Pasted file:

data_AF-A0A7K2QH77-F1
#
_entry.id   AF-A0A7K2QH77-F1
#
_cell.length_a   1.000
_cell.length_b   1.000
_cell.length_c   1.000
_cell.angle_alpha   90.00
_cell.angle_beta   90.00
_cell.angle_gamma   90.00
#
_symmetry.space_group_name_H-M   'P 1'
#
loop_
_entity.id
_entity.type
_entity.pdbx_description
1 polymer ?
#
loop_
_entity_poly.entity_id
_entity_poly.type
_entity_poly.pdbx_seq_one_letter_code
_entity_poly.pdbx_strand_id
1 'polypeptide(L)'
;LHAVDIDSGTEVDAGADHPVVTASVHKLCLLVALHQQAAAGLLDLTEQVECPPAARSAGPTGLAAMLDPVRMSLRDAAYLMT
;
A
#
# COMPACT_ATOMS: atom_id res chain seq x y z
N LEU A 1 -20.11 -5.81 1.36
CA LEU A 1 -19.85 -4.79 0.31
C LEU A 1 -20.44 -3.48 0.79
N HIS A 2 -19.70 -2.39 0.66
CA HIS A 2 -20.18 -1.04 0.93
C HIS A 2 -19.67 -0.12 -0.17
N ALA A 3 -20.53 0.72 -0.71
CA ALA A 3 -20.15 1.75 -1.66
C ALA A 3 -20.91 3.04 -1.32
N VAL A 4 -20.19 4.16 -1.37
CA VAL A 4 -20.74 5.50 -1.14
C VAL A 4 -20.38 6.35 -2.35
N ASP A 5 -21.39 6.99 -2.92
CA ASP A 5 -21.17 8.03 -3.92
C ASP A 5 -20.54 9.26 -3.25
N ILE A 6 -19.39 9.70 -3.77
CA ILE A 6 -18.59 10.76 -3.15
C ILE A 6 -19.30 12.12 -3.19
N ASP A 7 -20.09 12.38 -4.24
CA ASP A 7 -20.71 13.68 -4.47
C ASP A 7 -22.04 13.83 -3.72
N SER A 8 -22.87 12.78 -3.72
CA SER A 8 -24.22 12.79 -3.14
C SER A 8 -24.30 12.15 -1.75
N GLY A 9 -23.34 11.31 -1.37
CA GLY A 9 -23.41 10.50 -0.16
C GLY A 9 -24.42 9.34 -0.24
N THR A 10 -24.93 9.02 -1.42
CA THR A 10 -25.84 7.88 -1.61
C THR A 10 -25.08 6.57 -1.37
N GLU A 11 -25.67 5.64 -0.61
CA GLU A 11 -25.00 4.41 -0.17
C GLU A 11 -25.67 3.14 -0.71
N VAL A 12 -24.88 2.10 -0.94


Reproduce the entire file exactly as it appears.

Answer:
data_AF-A0A7K2QH77-F1
#
_entry.id   AF-A0A7K2QH77-F1
#
_cell.length_a   1.000
_cell.length_b   1.000
_cell.length_c   1.000
_cell.angle_alpha   90.00
_cell.angle_beta   90.00
_cell.angle_gamma   90.00
#
_symmetry.space_group_name_H-M   'P 1'
#
loop_
_entity.id
_entity.type
_entity.pdbx_description
1 polymer ?
#
loop_
_entity_poly.entity_id
_entity_poly.type
_entity_poly.pdbx_seq_one_letter_code
_entity_poly.pdbx_strand_id
1 'polypeptide(L)'
;LHAVDIDSGTEVDAGADHPVVTASVHKLCLLVALHQQAAAGLLDLTEQVECPPAARSAGPTGLAAMLDPVRMSLRDAAYLMT
;
A
#
# COMPACT_ATOMS: atom_id res chain seq x y z
N LEU A 1 -20.11 -5.81 1.36
CA LEU A 1 -19.85 -4.79 0.31
C LEU A 1 -20.44 -3.48 0.79
N HIS A 2 -19.70 -2.39 0.66
CA HIS A 2 -20.18 -1.04 0.93
C HIS A 2 -19.67 -0.12 -0.17
N ALA A 3 -20.53 0.72 -0.71
CA ALA A 3 -20.15 1.75 -1.66
C ALA A 3 -20.91 3.04 -1.32
N VAL A 4 -20.19 4.16 -1.37
CA VAL A 4 -20.74 5.50 -1.14
C VAL A 4 -20.38 6.35 -2.35
N ASP A 5 -21.39 6.99 -2.92
CA ASP A 5 -21.17 8.03 -3.92
C ASP A 5 -20.54 9.26 -3.25
N ILE A 6 -19.39 9.70 -3.77
CA ILE A 6 -18.59 10.76 -3.15
C ILE A 6 -19.30 12.12 -3.19
N ASP A 7 -20.09 12.38 -4.24
CA ASP A 7 -20.71 13.68 -4.47
C ASP A 7 -22.04 13.83 -3.72
N SER A 8 -22.87 12.78 -3.72
CA SER A 8 -24.22 12.79 -3.14
C SER A 8 -24.30 12.15 -1.75
N GLY A 9 -23.34 11.31 -1.37
CA GLY A 9 -23.41 10.50 -0.16
C GLY A 9 -24.42 9.34 -0.24
N THR A 10 -24.93 9.02 -1.42
CA THR A 10 -25.84 7.88 -1.61
C THR A 10 -25.08 6.57 -1.37
N GLU A 11 -25.67 5.64 -0.61
CA GLU A 11 -25.00 4.41 -0.17
C GLU A 11 -25.67 3.14 -0.71
N VAL A 12 -24.88 2.10 -0.94